Open Access Articles- Top Results for Edmond Dant%C3%A8s

Edmond Dantès

This article is about the fictional character. For the screenwriter credited as Edmond Dantès, see John Hughes (filmmaker).
#REDIRECT Template:If empty
  • This is a redirect from a page that has been moved (renamed). This page was kept as a redirect to avoid breaking links, both internal and external, that may have been made to the old page name. For more information follow the category link.
The Count of Monte Cristo character
Illustration of Edmond Dantès from The Count of Monte Cristo.
Created by Alexandre Dumas
#REDIRECT Template:If empty
  • This is a redirect from a page that has been moved (renamed). This page was kept as a redirect to avoid breaking links, both internal and external, that may have been made to the old page name. For more information follow the category link.
Aliases The Count of Monte Cristo
Sinbad the Sailor
Abbé Busoni
Lord Wilmore
Gender Male
Occupation Merchant sailor (former)
Significant other(s) Mercédès Mondego (ex-fiancée) Haydée Tebelin
Nationality French

Edmond Dantès (Template:IPA-fr) is a title character and the protagonist of Alexandre Dumas, père's 1844 adventure novel The Count of Monte Cristo. Within the story's narrative, Dantès is an intelligent, honest, and loving man who turns bitter and vengeful after he is framed for a crime he didn't commit. When Dantès finds himself free and enormously wealthy, he takes it upon himself to reward those who have helped him in his plight and punish those responsible for his years of suffering. He is known by the aliases The Count of Monte Cristo (French: le Comte de Monte-Cristo), Sinbad the Sailor (Sinbad le Marin), Abbé Busoni, and Lord Wilmore.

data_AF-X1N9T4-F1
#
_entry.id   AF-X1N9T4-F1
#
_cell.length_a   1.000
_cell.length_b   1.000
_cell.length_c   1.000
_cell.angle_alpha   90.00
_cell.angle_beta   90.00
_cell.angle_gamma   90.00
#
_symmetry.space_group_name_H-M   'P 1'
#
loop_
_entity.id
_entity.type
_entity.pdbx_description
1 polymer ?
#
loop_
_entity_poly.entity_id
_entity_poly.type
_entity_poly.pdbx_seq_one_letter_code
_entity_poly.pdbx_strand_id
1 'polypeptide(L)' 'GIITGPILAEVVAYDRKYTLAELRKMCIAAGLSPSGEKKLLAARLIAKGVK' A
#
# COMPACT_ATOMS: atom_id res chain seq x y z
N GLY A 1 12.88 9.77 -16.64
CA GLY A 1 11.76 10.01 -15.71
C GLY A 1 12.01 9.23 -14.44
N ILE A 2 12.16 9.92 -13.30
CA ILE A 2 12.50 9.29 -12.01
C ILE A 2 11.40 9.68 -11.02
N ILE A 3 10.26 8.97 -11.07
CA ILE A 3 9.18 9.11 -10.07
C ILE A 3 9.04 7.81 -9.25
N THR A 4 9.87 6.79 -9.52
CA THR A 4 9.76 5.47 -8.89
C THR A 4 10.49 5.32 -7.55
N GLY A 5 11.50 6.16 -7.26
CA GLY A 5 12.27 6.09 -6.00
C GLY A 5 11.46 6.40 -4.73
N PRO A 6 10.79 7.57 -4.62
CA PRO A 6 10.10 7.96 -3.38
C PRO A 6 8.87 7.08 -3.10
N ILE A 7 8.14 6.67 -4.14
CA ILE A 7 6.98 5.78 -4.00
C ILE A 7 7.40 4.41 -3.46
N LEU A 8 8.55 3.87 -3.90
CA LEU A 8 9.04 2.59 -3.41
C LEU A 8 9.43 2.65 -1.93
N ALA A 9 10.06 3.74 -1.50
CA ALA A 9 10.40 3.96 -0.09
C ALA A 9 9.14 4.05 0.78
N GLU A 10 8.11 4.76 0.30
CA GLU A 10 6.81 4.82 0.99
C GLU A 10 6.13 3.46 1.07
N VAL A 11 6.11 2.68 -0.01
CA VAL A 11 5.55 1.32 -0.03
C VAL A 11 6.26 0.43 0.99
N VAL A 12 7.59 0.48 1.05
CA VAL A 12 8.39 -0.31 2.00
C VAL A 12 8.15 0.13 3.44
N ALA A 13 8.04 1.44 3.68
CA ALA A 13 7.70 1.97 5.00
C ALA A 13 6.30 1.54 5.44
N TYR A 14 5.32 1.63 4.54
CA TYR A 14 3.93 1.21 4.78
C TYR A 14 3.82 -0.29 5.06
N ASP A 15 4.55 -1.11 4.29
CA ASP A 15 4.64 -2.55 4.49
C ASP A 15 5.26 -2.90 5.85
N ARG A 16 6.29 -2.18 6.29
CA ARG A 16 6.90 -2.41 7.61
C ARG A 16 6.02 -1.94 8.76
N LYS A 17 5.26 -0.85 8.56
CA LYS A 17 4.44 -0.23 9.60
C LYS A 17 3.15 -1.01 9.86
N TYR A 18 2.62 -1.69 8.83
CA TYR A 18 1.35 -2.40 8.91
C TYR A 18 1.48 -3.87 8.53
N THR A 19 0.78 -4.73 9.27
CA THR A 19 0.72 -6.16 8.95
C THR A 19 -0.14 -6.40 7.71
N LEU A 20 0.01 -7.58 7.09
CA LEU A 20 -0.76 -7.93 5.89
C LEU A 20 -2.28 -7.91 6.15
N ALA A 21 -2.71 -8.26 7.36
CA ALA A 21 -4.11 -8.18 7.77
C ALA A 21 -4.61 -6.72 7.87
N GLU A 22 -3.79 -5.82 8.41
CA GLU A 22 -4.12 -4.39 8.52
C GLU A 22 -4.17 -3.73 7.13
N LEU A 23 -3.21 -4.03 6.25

Dantès, first mate

When the reader is first introduced to Edmond Dantès, he arrives in Marseille as first mate aboard the merchant ship Le Pharaon (The Pharaoh). At only 19 years old, the young Dantès seems destined for success. Although the trip was successful, the former Captain, Leclère, has fallen ill and died. Dantès relays these events to his patron, M. Morrel, who tells Dantès that he will try to have him named captain. Dantès rushes off to see his father and then his beloved, the young Catalan woman Mercédès, and the two agree to be married immediately.

The engagement and the arrest

The marriage never occurs, however. On the night of their nuptial feast, Dantès is arrested as a suspected Bonapartist, a helper to Napoléon, and taken to see the public prosecutor, Gérard de Villefort. Danglars and Fernand set him up to seek vengeance. De Villefort concludes that Edmond is innocent, and assures him that he will be released. He then asks for a piece of evidence cited in a letter denouncing Edmond to the authorities. The letter claims that on Edmond's last voyage, he made a stopover at the island of Elba, and received a letter from the deposed Emperor Napoléon. Edmond hands over the letter, which he received in the name of Captain Leclère, and of which the contents are unknown to Edmond. De Villefort throws the letter on the fire for the letter is addressed to his father. Once again he promises Edmond's speedy release. De Villefort has renounced his father, a staunch Bonapartist, and destroyed the letter to protect himself, not Edmond; to further protect his name, de Villefort sentences Edmond to imprisonment in the dreaded Chateau d'If, an island fortress from which no prisoner had ever escaped, and to which the most dangerous political prisoners are sent. Villefort is aided in this plot by Danglars, Edmond's shipmate who Edmond was promoted over, and Fernand Mondego, a rival suitor for Mercédès' hand.